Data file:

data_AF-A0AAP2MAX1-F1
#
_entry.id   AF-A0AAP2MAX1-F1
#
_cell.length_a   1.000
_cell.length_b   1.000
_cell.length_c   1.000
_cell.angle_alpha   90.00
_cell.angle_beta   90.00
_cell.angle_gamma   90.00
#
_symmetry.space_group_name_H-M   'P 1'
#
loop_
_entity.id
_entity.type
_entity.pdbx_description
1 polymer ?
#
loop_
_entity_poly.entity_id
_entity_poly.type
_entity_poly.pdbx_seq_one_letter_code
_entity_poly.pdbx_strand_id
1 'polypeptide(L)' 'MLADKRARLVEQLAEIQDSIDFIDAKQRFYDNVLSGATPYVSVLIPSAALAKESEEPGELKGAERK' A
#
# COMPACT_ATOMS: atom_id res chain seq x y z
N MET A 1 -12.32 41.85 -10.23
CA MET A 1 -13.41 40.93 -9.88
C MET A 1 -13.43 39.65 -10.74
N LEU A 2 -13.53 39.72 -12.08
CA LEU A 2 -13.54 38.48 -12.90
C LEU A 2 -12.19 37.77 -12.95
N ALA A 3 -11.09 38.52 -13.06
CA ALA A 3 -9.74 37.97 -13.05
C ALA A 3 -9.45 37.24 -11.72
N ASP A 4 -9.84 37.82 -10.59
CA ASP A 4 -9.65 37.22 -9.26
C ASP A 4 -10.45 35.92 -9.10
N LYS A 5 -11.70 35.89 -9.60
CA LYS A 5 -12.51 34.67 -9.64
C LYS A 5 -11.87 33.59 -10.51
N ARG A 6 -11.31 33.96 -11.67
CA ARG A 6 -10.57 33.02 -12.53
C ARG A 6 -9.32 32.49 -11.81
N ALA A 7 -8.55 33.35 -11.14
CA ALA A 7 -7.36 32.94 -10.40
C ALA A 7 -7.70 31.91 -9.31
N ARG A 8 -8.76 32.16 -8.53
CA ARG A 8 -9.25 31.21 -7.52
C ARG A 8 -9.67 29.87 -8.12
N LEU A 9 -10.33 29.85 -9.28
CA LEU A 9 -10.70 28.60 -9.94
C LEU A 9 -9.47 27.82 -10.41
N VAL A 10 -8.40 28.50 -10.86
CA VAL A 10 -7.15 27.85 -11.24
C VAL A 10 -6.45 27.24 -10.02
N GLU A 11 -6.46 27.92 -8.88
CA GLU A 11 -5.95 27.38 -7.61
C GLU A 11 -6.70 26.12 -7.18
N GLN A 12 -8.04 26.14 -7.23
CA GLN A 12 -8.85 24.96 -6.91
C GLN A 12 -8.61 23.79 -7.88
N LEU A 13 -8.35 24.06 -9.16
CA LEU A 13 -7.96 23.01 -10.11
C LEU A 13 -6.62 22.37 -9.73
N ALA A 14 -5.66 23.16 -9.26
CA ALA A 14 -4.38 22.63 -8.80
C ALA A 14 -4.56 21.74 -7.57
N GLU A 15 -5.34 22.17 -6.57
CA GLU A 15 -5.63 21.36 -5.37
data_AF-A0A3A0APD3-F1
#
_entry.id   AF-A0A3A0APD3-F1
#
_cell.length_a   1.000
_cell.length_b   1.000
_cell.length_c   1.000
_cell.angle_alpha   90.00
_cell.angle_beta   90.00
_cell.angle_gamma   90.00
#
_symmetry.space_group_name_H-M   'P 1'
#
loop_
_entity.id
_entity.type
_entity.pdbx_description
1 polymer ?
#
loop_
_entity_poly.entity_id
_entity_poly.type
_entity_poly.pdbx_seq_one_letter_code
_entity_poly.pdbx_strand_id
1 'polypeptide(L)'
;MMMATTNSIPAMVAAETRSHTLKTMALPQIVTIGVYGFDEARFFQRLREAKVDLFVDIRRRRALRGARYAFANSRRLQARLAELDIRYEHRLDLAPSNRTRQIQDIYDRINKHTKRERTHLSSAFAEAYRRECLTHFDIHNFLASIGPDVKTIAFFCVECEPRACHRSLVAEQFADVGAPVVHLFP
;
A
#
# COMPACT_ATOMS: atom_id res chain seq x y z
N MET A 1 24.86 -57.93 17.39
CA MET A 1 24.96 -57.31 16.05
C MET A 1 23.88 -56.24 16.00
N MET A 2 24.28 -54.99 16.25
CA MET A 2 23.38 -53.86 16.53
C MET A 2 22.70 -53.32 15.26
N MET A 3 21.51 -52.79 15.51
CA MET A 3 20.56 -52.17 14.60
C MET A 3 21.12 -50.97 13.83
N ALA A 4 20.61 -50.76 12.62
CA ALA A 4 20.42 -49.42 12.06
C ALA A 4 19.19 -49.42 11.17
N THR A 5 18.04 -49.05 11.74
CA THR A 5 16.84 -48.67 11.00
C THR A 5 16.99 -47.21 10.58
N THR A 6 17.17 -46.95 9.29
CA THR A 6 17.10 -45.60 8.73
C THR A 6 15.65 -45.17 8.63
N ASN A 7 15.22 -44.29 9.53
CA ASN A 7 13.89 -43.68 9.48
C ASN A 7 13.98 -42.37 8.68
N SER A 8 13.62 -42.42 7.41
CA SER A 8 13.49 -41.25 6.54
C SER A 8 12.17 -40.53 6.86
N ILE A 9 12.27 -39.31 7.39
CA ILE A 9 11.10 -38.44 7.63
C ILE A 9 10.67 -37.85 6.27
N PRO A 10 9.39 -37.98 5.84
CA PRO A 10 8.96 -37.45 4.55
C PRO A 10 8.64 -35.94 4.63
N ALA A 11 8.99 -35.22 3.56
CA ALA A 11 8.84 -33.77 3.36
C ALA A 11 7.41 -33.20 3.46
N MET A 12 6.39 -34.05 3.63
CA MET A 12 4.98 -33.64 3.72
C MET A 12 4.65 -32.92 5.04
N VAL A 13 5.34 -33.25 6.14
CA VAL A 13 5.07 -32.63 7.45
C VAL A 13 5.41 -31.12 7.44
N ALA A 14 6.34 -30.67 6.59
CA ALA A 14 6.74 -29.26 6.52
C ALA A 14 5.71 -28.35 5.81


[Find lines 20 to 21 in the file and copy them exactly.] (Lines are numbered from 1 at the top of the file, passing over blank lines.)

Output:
loop_
_entity_poly.entity_id